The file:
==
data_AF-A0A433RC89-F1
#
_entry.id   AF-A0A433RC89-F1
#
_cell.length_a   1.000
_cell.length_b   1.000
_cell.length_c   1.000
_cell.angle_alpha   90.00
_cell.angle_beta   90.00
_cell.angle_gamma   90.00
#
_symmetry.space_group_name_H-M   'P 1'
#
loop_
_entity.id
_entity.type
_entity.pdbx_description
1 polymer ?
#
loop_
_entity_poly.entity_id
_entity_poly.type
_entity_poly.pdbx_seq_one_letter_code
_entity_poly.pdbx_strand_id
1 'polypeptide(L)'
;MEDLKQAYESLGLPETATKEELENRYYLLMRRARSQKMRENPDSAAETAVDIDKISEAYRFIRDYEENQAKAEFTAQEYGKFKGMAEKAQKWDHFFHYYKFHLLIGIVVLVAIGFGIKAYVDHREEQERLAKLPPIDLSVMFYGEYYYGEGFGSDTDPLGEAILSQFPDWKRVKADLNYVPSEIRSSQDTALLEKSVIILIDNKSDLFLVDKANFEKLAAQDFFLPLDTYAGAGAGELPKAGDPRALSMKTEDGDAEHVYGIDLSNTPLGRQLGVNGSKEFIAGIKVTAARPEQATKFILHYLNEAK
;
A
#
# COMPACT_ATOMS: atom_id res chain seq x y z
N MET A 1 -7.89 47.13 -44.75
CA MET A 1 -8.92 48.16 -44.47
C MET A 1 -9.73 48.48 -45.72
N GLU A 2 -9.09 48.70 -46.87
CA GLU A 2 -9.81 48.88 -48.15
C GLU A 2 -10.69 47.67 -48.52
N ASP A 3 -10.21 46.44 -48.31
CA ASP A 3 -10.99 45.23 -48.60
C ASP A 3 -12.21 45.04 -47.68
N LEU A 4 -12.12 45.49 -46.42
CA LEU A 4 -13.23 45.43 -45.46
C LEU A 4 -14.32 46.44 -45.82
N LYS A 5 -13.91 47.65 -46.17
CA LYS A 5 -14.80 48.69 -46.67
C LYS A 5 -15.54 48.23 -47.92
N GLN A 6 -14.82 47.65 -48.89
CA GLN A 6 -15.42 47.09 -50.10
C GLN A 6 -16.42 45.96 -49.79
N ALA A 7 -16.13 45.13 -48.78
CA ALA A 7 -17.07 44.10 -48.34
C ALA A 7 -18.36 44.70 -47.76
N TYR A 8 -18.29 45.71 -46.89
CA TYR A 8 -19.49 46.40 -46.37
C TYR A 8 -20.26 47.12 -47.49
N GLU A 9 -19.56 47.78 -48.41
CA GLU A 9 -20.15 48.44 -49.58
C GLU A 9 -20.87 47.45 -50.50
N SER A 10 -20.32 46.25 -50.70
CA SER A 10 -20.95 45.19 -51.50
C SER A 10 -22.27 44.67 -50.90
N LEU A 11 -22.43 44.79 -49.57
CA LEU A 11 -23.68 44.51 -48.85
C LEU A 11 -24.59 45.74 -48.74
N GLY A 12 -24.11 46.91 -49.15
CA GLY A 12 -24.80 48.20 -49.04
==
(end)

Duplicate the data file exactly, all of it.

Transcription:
data_AF-A0A433RC89-F1
#
_entry.id   AF-A0A433RC89-F1
#
_cell.length_a   1.000
_cell.length_b   1.000
_cell.length_c   1.000
_cell.angle_alpha   90.00
_cell.angle_beta   90.00
_cell.angle_gamma   90.00
#
_symmetry.space_group_name_H-M   'P 1'
#
loop_
_entity.id
_entity.type
_entity.pdbx_description
1 polymer ?
#
loop_
_entity_poly.entity_id
_entity_poly.type
_entity_poly.pdbx_seq_one_letter_code
_entity_poly.pdbx_strand_id
1 'polypeptide(L)'
;MEDLKQAYESLGLPETATKEELENRYYLLMRRARSQKMRENPDSAAETAVDIDKISEAYRFIRDYEENQAKAEFTAQEYGKFKGMAEKAQKWDHFFHYYKFHLLIGIVVLVAIGFGIKAYVDHREEQERLAKLPPIDLSVMFYGEYYYGEGFGSDTDPLGEAILSQFPDWKRVKADLNYVPSEIRSSQDTALLEKSVIILIDNKSDLFLVDKANFEKLAAQDFFLPLDTYAGAGAGELPKAGDPRALSMKTEDGDAEHVYGIDLSNTPLGRQLGVNGSKEFIAGIKVTAARPEQATKFILHYLNEAK
;
A
#
# COMPACT_ATOMS: atom_id res chain seq x y z
N MET A 1 -7.89 47.13 -44.75
CA MET A 1 -8.92 48.16 -44.47
C MET A 1 -9.73 48.48 -45.72
N GLU A 2 -9.09 48.70 -46.87
CA GLU A 2 -9.81 48.88 -48.15
C GLU A 2 -10.69 47.67 -48.52
N ASP A 3 -10.21 46.44 -48.31
CA ASP A 3 -10.99 45.23 -48.60
C ASP A 3 -12.21 45.04 -47.68
N LEU A 4 -12.12 45.49 -46.42
CA LEU A 4 -13.23 45.43 -45.46
C LEU A 4 -14.32 46.44 -45.82
N LYS A 5 -13.91 47.65 -46.17
CA LYS A 5 -14.80 48.69 -46.67
C LYS A 5 -15.54 48.23 -47.92
N GLN A 6 -14.82 47.65 -48.89
CA GLN A 6 -15.42 47.09 -50.10
C GLN A 6 -16.42 45.96 -49.79
N ALA A 7 -16.13 45.13 -48.78
CA ALA A 7 -17.07 44.10 -48.34
C ALA A 7 -18.36 44.70 -47.76
N TYR A 8 -18.29 45.71 -46.89
CA TYR A 8 -19.49 46.40 -46.37
C TYR A 8 -20.26 47.12 -47.49
N GLU A 9 -19.56 47.78 -48.41
CA GLU A 9 -20.15 48.44 -49.58
C GLU A 9 -20.87 47.45 -50.50
N SER A 10 -20.32 46.25 -50.70
CA SER A 10 -20.95 45.19 -51.50
C SER A 10 -22.27 44.67 -50.90
N LEU A 11 -22.43 44.79 -49.57
CA LEU A 11 -23.68 44.51 -48.85
C LEU A 11 -24.59 45.74 -48.74
N GLY A 12 -24.11 46.91 -49.15
CA GLY A 12 -24.80 48.20 -49.04